Holiday Gift Guide: Eight Day of Christmas
Tony Sculimbrene 12.18.17
The eighth day of Gear Christmas my true love gave to me A Pen with Writing Silken.
The Choice: Karas Decograph
There is simply no way to match the writing experience afforded by a fountain pen. The nib-on-paper feel is exceptionally hard to replicate and once you try a fountain pen its hard to go back. The sensation and feedback provided by a steel (or even better a gold) nib striding across a fresh, clean sheet of paper is incredible. If you had a bit of a doodle bug in you before, a fountain pen will turn that bug into a fever. Writing with a fountain pen is addicting.
Traditionally, fountain pens were fragile and finicky, not ideal for EDC use. But a new generation of makers has taken what your parents and grandparents remember as a mess maker into something that still has the amazing writing experience but now can handle real knocks and bumps. I wouldn’t recommend one for a police officer writing tickets in the middle of winter (for that, look to the Tacticle Turn Gen 2 Shaker). But if you aren’t writing in quite such difficult conditions, the modern generation of fountain pens should be plenty hardy.
Karas Customs started out making hot rod hop ups. They make a pen, launched it (and the trend of machined pens) on Kickstarter and then a tidal wave of new pens came. There were bolt action pens, nock actuated pens, and even a machined fountain pen. All were good. But they didn’t feel like traditional pens. The Decograph takes Karas’s machining skill and applies it to a more traditional material and design for the fountain pen world. The nib is from the German nib maker Bock. You can get the nib in a range of sizes and materials. Thanks tot heir history as a machining company, the Decograph is a bit sturdier than other acrylic bodied competitors.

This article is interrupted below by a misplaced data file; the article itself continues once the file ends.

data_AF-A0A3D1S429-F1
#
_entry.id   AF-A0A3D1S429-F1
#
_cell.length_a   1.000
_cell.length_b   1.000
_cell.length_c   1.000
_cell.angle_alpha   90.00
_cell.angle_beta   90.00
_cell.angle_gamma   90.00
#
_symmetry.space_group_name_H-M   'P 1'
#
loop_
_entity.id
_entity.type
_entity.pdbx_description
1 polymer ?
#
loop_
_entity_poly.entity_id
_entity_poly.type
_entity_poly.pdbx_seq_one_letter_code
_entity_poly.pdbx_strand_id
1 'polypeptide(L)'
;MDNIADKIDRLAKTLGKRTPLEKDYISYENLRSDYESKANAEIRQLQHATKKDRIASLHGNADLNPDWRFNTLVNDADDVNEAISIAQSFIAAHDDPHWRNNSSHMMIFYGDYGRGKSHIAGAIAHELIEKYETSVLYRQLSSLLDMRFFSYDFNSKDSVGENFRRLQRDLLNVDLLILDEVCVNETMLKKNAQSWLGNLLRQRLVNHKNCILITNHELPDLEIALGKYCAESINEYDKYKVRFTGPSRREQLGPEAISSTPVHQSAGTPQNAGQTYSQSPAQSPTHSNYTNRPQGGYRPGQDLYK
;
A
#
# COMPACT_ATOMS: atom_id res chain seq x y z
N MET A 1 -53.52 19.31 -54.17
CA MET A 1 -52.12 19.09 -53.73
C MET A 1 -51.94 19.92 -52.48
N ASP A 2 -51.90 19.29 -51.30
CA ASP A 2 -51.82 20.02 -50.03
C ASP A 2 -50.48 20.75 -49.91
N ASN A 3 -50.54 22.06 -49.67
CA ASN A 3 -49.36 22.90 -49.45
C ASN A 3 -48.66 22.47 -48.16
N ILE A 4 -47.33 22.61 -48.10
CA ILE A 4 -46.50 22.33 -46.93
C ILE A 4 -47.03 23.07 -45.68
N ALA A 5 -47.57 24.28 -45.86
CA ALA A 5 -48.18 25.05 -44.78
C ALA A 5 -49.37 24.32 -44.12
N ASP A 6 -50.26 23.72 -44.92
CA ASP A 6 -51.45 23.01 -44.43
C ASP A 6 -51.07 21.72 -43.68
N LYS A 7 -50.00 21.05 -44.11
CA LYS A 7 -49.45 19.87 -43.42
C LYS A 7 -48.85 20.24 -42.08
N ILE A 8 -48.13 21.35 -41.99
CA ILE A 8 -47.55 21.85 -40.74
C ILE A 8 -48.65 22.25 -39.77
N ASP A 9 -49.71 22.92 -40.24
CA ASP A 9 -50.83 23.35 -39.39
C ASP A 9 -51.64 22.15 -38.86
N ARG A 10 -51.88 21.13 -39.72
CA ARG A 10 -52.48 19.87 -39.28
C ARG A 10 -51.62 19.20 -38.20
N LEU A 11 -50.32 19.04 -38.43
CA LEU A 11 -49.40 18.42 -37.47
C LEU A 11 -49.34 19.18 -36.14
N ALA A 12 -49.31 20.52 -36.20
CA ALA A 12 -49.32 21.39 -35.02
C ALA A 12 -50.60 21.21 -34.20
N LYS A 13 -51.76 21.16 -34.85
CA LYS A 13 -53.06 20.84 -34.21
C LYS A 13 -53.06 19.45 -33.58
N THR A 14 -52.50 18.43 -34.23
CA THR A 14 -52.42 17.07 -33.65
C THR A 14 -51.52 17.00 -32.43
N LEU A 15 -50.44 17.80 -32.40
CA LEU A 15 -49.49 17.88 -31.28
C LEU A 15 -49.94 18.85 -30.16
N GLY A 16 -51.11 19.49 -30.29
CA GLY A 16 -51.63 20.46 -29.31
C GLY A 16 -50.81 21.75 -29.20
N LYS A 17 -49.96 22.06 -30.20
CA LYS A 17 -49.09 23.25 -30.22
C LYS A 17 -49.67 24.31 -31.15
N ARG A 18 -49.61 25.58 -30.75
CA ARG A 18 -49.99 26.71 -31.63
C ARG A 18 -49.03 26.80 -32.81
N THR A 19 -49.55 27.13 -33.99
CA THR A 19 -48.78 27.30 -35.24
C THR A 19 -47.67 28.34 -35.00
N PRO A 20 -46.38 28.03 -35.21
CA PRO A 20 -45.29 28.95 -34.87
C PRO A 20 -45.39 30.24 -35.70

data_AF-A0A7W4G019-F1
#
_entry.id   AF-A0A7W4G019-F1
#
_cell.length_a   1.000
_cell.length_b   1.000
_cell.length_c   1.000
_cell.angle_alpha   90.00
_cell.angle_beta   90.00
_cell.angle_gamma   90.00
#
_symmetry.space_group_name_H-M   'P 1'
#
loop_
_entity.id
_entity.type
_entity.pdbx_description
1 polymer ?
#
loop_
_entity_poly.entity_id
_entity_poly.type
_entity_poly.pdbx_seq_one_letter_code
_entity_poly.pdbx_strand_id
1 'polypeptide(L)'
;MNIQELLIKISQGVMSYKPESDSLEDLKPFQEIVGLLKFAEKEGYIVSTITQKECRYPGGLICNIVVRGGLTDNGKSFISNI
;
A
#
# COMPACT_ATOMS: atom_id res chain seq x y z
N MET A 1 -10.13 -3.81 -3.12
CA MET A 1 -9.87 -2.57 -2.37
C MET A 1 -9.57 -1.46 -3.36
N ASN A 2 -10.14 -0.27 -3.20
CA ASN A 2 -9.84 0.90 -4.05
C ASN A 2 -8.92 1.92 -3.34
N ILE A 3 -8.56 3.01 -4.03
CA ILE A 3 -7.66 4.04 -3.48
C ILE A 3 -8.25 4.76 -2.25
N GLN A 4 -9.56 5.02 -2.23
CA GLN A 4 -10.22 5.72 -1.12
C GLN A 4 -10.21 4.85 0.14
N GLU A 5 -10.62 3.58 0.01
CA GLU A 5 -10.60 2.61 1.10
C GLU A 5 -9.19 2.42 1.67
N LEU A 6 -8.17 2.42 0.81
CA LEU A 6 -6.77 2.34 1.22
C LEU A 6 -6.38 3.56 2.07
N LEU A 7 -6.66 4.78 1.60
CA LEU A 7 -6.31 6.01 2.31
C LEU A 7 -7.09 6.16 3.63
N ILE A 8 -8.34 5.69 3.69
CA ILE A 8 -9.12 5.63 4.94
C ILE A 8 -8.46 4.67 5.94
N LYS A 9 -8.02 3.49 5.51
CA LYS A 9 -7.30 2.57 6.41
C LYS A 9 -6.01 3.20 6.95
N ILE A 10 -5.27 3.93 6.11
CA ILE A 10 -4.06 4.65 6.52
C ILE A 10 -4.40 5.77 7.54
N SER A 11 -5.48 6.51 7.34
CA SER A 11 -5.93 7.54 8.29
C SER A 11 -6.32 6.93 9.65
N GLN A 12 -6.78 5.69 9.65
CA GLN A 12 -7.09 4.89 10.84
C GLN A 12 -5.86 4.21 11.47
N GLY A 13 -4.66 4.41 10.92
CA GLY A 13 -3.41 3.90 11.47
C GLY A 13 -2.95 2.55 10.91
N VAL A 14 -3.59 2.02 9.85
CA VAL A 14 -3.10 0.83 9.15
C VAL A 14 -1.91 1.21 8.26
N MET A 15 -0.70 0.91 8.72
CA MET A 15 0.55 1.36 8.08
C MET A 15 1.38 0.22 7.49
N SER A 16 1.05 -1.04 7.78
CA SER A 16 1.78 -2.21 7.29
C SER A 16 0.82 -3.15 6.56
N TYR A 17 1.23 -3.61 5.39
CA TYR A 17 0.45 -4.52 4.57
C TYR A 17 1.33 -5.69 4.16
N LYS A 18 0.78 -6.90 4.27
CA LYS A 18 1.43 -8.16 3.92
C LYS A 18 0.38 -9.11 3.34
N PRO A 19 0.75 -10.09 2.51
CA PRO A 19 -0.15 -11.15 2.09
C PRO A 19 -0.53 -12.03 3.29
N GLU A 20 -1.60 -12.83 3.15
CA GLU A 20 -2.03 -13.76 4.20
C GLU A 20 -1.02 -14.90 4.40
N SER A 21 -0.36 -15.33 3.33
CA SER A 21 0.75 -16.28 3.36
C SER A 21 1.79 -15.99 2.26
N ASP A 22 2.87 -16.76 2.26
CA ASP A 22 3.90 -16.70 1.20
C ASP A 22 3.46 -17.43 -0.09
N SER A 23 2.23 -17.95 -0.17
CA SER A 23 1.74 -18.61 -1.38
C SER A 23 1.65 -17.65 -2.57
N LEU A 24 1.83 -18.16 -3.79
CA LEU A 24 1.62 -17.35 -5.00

Scrooge Before Ghost Visits: TWSBI Eco
TWSBI has a reputation, well earned, of making stuff that breaks. I have a Classic that is still inked up, but cracked in multiple places. Maybe it is like growing pains—TWSBI has grown quickly since it first started making pens. But whatever the cause, aside from great nibs, TWSBI is known for making less than hardy pens. They fixed that with the Eco. They reduced the number of parts, simplified its operation, and made the design more commonsensical (the piston mechanism now screws full into place on the rear of the pen). The effect is twofold—first, the pen is much sturdier and second the pen is significantly cheaper. At around $30, this is one of the best starter pens on the market. Now, this pen requires bottled ink (TWSBI removed the ability to use ink cartridges when it made the pen simpler). You can also score some awesome nibs, including a harder to find on cheap pens stub nib.
Scrooge After Ghost Visits: Kanilea Haleakala Silhouette
This is a $400 pen. That’s pricey. But what you get is an acrylic pen that writes well and looks like nothing else. Through a process I can’t quite understand, Kanilea is able to render abstract scenes in the pen. The Haleakala evokes the emergence of the night star field over the crater of a Hawaiian volcano. If you take a look at the pen, you can totally see it. Crazy awesome looks and great writing. Done deal Scrooge McDuck.